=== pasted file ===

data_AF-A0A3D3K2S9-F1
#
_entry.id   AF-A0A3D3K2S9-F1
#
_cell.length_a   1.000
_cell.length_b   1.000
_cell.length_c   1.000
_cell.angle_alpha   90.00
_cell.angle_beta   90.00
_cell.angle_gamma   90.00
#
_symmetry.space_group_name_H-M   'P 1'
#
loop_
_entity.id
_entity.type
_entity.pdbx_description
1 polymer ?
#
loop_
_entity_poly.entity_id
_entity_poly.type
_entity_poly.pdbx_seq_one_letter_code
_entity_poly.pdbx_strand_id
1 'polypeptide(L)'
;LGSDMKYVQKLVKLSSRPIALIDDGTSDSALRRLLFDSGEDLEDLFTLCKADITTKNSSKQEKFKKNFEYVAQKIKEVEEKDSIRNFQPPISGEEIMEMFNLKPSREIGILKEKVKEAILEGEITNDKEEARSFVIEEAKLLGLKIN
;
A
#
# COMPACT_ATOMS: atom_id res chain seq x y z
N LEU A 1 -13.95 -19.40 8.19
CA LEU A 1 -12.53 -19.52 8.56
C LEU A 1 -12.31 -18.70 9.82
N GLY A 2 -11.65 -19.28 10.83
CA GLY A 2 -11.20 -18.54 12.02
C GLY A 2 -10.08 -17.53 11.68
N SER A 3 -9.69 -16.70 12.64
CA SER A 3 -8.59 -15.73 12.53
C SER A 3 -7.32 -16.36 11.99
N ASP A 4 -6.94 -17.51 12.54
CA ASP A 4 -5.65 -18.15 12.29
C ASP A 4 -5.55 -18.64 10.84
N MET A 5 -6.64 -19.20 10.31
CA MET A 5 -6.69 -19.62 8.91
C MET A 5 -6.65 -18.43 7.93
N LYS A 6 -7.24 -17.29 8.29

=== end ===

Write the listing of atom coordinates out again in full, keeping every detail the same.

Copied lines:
data_AF-A0A3D3K2S9-F1
#
_entry.id   AF-A0A3D3K2S9-F1
#
_cell.length_a   1.000
_cell.length_b   1.000
_cell.length_c   1.000
_cell.angle_alpha   90.00
_cell.angle_beta   90.00
_cell.angle_gamma   90.00
#
_symmetry.space_group_name_H-M   'P 1'
#
loop_
_entity.id
_entity.type
_entity.pdbx_description
1 polymer ?
#
loop_
_entity_poly.entity_id
_entity_poly.type
_entity_poly.pdbx_seq_one_letter_code
_entity_poly.pdbx_strand_id
1 'polypeptide(L)'
;LGSDMKYVQKLVKLSSRPIALIDDGTSDSALRRLLFDSGEDLEDLFTLCKADITTKNSSKQEKFKKNFEYVAQKIKEVEEKDSIRNFQPPISGEEIMEMFNLKPSREIGILKEKVKEAILEGEITNDKEEARSFVIEEAKLLGLKIN
;
A
#
# COMPACT_ATOMS: atom_id res chain seq x y z
N LEU A 1 -13.95 -19.40 8.19
CA LEU A 1 -12.53 -19.52 8.56
C LEU A 1 -12.31 -18.70 9.82
N GLY A 2 -11.65 -19.28 10.83
CA GLY A 2 -11.20 -18.54 12.02
C GLY A 2 -10.08 -17.53 11.68
N SER A 3 -9.69 -16.70 12.64
CA SER A 3 -8.59 -15.73 12.53
C SER A 3 -7.32 -16.36 11.99
N ASP A 4 -6.94 -17.51 12.54
CA ASP A 4 -5.65 -18.15 12.29
C ASP A 4 -5.55 -18.64 10.84
N MET A 5 -6.64 -19.20 10.31
CA MET A 5 -6.69 -19.62 8.91
C MET A 5 -6.65 -18.43 7.93
N LYS A 6 -7.24 -17.29 8.29